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The Global Brief with Bianca Nobilo
Russia Controls 20 Percent Of Ukraine; Parts Of Shanghai Under Lockdown; Platinum Jubilee Celebrations. Aired 5-5:30p ET
Aired June 02, 2022 - 17:00:00 ET
THIS IS A RUSH TRANSCRIPT. THIS COPY MAY NOT BE IN ITS FINAL FORM AND MAY BE UPDATED.
LYNDA KINKADE, CNN HOST: Hello, everyone. I'm Lynda Kinkade in Atlanta, in for Bianca Nobilo. Welcome to THE GLOBAL BRIEF.
Tonight, Ukraine's president says Russia now controls 20 percent of the country from the eastern Donbas region almost entirely destroyed.
Then, just one day after COVID-19 restrictions were eased in Shanghai, multiple neighborhoods are again sealed up.
And a once in a generation celebration for Britain's longest reigning monarch. Queen Elizabeth II marks 70 years on the throne.
Well, President Volodymyr Zelenskyy says Russia now controls territory that's much greater than the Netherlands, Belgium, and Luxembourg combined.
He says the fighting is raging on the frontlines stretch more than 1,000 kilometers from north and south. And he says the Donbas is almost entirely
Russia has vowed to liberate the region on behalf of pro-Russian separatists. It's now focusing its offensive on capturing Severodonetsk.
Ukraine has lost at least 80 percent of that city, but says it has no plans to withdraw its troops.
And Russia is also keeping up attacks on Kharkiv further north. Ukraine says one person was killed when a missile hit a school that was used as a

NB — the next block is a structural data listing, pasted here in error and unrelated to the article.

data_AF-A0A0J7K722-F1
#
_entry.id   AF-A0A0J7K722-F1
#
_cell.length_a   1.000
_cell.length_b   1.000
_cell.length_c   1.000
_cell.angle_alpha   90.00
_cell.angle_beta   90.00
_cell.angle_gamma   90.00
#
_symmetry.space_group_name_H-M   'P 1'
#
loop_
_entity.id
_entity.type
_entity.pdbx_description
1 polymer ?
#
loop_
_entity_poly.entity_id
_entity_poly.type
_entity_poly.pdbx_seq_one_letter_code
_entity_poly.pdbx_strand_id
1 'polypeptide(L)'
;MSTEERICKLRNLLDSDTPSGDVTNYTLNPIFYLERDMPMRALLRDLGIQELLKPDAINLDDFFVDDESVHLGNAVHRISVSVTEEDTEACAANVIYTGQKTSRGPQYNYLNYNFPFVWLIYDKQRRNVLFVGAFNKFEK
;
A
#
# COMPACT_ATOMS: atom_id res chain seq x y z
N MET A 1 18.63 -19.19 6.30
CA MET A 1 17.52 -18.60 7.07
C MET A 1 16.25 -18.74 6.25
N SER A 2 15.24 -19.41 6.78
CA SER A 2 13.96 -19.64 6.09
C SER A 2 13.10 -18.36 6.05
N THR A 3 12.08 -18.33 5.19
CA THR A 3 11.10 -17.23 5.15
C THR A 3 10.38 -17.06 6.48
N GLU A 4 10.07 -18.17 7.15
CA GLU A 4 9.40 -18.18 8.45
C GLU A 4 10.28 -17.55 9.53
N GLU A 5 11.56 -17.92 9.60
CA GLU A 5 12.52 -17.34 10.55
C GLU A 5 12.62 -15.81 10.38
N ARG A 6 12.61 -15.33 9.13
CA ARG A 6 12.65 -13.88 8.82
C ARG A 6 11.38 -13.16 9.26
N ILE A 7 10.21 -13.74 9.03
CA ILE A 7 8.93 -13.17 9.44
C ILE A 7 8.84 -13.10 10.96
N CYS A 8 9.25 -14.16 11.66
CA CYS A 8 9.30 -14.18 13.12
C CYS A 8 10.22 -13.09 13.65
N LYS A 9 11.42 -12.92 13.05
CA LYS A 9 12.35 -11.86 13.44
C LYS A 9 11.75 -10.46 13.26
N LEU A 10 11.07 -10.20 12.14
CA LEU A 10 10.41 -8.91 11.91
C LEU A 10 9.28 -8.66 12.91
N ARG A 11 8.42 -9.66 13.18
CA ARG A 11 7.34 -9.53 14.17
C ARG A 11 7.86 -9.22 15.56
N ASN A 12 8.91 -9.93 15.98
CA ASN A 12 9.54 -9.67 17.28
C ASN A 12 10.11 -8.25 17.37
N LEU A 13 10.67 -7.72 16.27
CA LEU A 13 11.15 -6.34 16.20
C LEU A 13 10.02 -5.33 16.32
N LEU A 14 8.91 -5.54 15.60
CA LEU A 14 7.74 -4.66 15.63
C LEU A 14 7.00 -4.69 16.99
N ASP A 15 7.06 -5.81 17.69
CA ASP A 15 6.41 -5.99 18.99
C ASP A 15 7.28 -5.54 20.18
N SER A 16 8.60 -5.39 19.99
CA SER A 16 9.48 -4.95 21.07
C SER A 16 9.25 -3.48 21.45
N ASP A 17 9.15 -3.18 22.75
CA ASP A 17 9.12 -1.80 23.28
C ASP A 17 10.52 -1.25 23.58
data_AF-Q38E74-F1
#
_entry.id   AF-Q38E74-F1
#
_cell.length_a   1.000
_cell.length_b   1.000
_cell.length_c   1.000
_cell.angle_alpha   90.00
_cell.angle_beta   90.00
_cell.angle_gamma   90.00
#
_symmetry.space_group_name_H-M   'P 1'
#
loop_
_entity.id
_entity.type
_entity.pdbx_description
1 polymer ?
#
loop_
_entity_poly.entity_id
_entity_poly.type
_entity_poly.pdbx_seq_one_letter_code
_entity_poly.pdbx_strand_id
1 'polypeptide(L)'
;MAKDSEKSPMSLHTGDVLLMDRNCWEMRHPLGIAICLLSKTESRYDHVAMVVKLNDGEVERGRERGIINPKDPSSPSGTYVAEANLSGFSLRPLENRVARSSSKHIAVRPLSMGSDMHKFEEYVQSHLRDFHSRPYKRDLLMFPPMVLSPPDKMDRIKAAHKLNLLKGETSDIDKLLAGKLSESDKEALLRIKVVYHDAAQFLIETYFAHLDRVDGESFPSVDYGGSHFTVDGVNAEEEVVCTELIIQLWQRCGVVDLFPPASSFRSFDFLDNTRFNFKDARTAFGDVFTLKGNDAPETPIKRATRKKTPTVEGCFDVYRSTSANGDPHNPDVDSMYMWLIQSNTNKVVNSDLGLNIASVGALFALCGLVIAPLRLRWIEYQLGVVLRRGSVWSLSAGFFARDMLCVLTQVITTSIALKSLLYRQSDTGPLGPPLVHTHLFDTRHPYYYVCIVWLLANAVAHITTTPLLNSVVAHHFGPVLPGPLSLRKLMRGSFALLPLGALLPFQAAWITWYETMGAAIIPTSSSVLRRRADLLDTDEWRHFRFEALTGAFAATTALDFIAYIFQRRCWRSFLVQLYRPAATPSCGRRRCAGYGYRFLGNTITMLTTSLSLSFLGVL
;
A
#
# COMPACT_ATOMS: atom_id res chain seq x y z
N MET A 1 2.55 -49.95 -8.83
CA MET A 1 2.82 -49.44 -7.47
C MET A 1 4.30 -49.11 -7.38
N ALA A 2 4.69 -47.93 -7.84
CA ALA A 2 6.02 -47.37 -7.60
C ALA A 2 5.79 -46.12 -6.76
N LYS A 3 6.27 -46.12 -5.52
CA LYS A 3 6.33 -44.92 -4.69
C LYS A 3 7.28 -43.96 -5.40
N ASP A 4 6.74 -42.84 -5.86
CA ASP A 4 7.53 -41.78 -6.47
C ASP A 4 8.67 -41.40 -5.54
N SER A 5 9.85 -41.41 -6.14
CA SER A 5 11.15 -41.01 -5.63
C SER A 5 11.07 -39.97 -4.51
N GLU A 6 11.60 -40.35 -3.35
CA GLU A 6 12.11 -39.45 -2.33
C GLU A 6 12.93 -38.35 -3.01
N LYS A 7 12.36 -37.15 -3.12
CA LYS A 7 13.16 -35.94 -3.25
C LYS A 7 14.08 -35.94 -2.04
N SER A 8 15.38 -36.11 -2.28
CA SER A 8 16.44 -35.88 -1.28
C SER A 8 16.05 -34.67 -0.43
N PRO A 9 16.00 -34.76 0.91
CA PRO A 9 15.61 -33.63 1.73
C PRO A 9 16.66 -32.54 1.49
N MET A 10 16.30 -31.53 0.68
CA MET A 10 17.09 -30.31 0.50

makeshift shelter. President Zelenskyy says Russia is trying to destroy Ukraine.
(BEGIN VIDEO CLIP)
VOLODYMYR ZELENSKYY, UKRAINIAN PRESIDENT (through translator): As of now, nearly 20 percent of our territory is under control of the occupiers,
almost 125,000 square kilometers. It is more than the territory of all Benelux countries together. Nearly 300,000 square kilometers are polluted
with mines and unexploded ordinance.
(END VIDEO CLIP)
KINKADE: Well, Mr. Zelenskyy says it's not just territory that Russia is trying to steal, but also Ukraine's children. He says more than 200,000
children have been deported to Russia, so far.
And our Melissa Bell is following these developments tonight from the Ukrainian city of Odesa and joins us now live.
Good to have you with us, Melissa.
Certainly a staggering figure, if it's true, 200,000 Ukrainian children deported to Russia. What else did he say?
MELISSA BELL, CNN CORRESPONDENT: An extraordinary figure. The deportation, he says, it's 200,000 children, Lynda, that includes orphans, but also
children that have been separated from their families. But also adults are being deported, as well.
And this is something that's happened in this part of the world, before, during the times of the Soviet Union and Crimea. It is nothing new, but
horrific if it is true. The problem is that we have difficulty getting to the bottom of anything that's happening on the other side of the line, the
one that divides the 80 percent of Ukraine still in the hands of Kyiv, and the 20 percent now and handsome Moscow, because of the lack of
communication, much of the communications cut off in the last couple of days, with southern Ukraine, but also because this is a part of the
country, part of Ukraine, to which the free press has no access.
But there does appear to have been beyond the fighting and intensification of fighting over last few weeks, the imminent fall of Severodonetsk in
those region where Russia has been concentrating its firepower, that counteroffensive down around Kherson where Ukrainian armed forces say
they're making progress, in the hopes of trying to cut off the Russian forces trying to occupy the westernmost point of Ukraine beyond the Dnipro